Tip: Always ask local Indians (usually women, children/teens or a guide; in this case, an Indian family I stayed with reommended this vendor) for recommendation of safe pani puri vendors, which use filtered water. I hold back on pani puri vendors because one of the primary ingredients requires water. It’s hard to say which vendor uses filtered water because street food vendors have a small budget, but once I find myself a recommended golgappa vendor I can trust, I gorge myself on them.
2. Barnarsi chaat
Banares chaat is a mixture of mashed aloo (potatoes), channa (chickpeas), chopped onions, crushed puschka. The dish is served with a spoonful of a sweet/sour sauce and a yogurt dressing. The texture is a little pastey. This was a spicy dish for me and the yogurt is used to cool the mouth or counteract the spice.
Local teens from an Indian family I was staying with introduced me to the vendor as one of their favorites (in flavor and food safety). The vendor is generally off to the side of Durga Mandir Temple (the side closest to Tulsi Manas Mandir).
Location: Durga Mandir Temple, 27, Durgakund Rd, Jawahar Nagar Colony, Bhelupur, Varanasi, Uttar Pradesh 221005, India
3. Aloo Tikki Chaat
Aloo Tikki Chaat is well-known in the north, where it’s said to have originated. Recommended to me by one of the staff, it was the motherlode of chaat. It was a heavy, power hitter dish and very filling, with mashed aloo, chutney, onions, sev, parsley and yogurt. It’s like having a Costcos’ seven layer bean dip!
4. Dahi Puri
Dahi Puri is like a child of Aloo Tikki Chaat (with all its fixings) and golgappa. While golgappa is light, dahi puri is loaded with substantial ingredients of chole, channa, onions, a quantum physics of flavors sweet, sour and salty all balled into one. It was heaven in my mouth, but whoa calories on my waistline.
Location: Kashi Chat House, D.37/49, Luxa Rd, Godowalia | Hours: Open today · 3–10:30PM | Ph: +91 542 241 2116
5. Indian Sweets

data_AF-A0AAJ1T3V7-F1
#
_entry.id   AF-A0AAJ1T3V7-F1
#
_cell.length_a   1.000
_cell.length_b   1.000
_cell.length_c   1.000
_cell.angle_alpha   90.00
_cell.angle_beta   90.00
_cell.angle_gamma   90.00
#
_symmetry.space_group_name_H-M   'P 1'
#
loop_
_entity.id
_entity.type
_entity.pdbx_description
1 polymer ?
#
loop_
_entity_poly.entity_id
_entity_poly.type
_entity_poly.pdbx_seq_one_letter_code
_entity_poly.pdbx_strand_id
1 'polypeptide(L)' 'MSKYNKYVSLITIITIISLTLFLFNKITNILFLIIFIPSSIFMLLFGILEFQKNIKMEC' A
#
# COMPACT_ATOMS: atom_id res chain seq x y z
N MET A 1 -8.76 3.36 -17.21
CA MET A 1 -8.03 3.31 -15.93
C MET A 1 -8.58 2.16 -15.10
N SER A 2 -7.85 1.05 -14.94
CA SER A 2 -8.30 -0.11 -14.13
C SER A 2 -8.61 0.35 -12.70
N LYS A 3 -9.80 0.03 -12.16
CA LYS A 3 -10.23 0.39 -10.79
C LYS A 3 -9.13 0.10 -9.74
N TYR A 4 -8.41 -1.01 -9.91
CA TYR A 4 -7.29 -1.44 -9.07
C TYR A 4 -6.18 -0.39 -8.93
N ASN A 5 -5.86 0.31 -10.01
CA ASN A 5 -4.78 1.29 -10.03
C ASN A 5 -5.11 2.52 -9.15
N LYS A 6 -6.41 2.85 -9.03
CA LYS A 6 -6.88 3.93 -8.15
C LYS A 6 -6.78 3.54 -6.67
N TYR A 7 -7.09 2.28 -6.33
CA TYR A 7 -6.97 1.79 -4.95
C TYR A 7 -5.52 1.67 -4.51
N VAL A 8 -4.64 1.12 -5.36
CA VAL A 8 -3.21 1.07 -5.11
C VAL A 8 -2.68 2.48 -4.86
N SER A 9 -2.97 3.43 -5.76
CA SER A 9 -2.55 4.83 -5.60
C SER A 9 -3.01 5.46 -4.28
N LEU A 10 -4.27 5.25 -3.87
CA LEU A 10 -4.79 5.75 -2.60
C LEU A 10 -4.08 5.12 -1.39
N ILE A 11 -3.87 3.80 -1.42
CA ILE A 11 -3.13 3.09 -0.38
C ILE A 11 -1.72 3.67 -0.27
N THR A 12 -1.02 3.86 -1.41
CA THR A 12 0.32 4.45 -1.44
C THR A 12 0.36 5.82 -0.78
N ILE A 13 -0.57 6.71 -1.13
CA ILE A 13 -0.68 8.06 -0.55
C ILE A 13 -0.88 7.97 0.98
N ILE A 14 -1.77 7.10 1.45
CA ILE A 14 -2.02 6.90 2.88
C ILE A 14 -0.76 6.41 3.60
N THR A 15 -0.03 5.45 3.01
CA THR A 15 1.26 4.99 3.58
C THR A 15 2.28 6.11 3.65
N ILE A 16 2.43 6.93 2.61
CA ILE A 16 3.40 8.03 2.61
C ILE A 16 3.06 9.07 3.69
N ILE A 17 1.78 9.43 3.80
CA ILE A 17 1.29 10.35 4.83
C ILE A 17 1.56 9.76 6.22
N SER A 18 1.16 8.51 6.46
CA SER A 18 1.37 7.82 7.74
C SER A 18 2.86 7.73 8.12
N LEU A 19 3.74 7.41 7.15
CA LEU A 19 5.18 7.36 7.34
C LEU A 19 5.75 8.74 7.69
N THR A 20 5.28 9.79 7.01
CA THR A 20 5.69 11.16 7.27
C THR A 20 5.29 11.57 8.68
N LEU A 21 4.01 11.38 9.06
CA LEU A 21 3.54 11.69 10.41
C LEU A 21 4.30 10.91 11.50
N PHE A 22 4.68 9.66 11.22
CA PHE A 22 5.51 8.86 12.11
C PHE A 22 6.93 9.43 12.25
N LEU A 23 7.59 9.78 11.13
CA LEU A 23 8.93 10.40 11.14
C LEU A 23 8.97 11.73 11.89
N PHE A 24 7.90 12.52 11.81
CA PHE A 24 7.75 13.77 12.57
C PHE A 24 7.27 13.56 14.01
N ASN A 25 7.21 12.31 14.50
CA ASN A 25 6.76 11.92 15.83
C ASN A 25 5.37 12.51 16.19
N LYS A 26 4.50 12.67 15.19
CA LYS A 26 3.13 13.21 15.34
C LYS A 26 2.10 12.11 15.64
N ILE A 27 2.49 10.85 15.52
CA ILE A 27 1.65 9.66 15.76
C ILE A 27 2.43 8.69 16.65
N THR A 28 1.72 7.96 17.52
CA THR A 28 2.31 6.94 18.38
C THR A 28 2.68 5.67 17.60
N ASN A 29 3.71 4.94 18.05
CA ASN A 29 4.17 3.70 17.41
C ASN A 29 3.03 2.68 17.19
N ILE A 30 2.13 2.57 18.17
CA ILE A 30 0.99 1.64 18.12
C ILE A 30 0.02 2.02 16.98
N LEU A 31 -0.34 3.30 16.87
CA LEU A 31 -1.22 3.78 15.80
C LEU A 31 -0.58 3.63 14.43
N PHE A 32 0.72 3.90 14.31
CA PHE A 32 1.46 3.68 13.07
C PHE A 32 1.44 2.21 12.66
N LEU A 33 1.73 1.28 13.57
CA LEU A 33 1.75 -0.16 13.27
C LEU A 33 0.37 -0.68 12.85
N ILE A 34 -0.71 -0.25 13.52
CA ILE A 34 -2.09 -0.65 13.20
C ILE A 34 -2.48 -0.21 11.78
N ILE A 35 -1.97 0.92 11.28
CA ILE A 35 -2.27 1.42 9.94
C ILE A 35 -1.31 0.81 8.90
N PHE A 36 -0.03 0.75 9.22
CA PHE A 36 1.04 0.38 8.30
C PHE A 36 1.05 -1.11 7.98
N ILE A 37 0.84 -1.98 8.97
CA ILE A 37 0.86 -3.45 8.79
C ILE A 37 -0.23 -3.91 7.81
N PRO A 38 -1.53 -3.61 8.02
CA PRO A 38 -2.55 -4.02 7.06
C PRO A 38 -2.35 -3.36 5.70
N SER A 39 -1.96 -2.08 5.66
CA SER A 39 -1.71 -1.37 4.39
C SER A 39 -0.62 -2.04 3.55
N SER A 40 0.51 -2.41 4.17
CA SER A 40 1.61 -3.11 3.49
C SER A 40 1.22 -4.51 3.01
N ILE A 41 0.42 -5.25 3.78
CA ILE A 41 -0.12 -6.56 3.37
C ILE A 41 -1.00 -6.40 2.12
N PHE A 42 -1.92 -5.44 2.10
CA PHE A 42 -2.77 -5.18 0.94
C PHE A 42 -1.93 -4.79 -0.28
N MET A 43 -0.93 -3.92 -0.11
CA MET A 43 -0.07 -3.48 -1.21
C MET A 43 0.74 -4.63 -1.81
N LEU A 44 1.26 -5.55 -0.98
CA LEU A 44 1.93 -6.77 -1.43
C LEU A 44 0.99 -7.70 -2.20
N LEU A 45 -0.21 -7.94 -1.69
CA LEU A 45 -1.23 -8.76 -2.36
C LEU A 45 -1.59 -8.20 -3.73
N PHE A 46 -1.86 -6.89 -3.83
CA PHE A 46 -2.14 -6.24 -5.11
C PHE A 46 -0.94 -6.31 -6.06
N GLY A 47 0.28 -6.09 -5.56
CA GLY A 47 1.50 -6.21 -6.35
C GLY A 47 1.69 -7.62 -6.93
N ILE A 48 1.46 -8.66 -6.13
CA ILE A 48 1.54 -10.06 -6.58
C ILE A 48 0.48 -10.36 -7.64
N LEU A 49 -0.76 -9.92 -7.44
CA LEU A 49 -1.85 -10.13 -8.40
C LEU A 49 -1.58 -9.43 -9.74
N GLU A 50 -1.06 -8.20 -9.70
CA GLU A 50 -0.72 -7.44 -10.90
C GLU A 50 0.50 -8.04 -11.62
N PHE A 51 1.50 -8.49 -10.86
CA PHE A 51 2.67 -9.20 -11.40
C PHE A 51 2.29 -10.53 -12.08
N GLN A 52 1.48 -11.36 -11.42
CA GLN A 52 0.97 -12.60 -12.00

Technically, Indian sweets are not a street food, but I can never resist them! In India, sampling sweets, you can’t go wrong. Indians have a sweet tooth and of sweets, they have a wild assortment. You’ll find sweet offerings being given to gods and also being handed out by priests, as a form of prassad or blessing. You might say it’s tied into their culture through religion!
Shree Rajbandhu Sweets is a well-known and favored landmark sweet shop. They have a vast selection of sweets. Tucked away in one of the side streets near Old Vishwanath Temple, it’s easy to miss them. Their interior is unmistakable however. The shop looks like an old-fashioned ice cream parlor, where cleanliness is their pride.
Tip: Buy a small box and sample an assortment. As samples, you’ll be charged per piece, however due to the fact Indians usually order for their family as well, it’s a local standard to be charged by weight.
Jelebis are deep-fried pretzels drowned in syrup. It’s practically a national sweet due to popular love . Sweet, doughy ladoo balls are another favorite for Indians, especially during celebrations. My favorite is barfi, dried and sweetened milk solids. But really, they’re all good!
Shree Rajbandhu Sweets, Kachaudi Gali, Chowk (not far from Old Vishwanath Temple) | Hours: Daily 8:20AM–11:59PM| Phone: +91 542 240 5055